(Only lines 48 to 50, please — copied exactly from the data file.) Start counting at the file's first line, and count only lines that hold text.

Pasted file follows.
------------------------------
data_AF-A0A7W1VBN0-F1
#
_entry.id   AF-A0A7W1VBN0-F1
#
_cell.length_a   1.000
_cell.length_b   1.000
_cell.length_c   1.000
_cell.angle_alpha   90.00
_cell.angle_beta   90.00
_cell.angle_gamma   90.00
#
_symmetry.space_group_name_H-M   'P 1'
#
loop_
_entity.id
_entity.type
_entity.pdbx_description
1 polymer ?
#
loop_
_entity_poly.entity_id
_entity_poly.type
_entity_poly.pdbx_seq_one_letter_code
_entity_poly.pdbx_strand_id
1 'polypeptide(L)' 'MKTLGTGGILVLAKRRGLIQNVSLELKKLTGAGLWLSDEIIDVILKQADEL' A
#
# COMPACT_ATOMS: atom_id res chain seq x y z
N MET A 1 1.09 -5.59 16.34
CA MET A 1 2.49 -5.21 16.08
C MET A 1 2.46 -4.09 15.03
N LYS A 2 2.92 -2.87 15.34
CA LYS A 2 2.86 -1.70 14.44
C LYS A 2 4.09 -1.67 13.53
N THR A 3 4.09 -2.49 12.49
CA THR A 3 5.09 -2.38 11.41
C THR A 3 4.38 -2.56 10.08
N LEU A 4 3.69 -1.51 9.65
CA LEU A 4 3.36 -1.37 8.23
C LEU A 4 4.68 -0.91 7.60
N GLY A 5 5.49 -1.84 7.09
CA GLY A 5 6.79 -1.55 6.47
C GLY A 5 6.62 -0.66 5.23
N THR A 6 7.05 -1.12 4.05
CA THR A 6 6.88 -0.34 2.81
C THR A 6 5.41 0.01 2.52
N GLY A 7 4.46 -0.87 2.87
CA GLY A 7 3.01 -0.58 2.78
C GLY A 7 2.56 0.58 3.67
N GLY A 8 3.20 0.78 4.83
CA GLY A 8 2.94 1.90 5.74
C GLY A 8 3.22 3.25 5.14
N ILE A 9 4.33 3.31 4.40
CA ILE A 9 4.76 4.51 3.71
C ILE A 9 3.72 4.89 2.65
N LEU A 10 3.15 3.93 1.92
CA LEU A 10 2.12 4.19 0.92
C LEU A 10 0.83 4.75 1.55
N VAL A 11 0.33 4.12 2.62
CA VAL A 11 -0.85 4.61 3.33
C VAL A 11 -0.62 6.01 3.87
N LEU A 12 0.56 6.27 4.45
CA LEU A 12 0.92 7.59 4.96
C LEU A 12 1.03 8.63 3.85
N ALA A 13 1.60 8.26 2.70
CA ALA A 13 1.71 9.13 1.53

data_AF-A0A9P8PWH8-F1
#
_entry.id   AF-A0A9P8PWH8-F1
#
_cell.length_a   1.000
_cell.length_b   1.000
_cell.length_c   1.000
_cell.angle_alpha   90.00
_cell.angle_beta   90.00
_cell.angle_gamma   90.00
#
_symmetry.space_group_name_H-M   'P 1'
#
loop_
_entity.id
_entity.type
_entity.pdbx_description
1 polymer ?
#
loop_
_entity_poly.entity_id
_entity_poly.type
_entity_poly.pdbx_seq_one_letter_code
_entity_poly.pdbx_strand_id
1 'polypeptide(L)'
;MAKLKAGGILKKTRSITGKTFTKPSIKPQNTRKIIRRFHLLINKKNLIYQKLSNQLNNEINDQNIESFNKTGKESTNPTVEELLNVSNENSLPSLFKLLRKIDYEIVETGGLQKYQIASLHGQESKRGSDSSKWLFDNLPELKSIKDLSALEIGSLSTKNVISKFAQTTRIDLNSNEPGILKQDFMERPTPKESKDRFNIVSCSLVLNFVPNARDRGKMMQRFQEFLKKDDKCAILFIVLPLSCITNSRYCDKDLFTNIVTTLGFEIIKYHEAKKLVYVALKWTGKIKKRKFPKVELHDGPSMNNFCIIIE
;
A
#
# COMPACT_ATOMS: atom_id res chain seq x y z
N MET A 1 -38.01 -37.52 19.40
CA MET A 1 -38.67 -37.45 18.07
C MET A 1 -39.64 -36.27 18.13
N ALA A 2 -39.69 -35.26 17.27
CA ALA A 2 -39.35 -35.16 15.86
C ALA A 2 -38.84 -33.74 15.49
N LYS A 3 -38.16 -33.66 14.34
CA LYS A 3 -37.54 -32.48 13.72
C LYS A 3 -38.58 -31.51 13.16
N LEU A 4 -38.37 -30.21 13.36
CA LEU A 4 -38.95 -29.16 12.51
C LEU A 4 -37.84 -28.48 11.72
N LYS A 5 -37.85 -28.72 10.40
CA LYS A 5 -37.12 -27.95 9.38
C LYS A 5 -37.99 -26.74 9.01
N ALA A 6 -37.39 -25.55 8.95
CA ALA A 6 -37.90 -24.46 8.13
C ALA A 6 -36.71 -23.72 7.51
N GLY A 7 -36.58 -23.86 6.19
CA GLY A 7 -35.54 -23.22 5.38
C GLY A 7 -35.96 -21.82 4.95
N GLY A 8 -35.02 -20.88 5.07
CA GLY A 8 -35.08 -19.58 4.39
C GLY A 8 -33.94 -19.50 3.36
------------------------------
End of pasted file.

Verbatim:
C GLY A 7 2.56 0.58 3.67
N GLY A 8 3.20 0.78 4.83
CA GLY A 8 2.94 1.90 5.74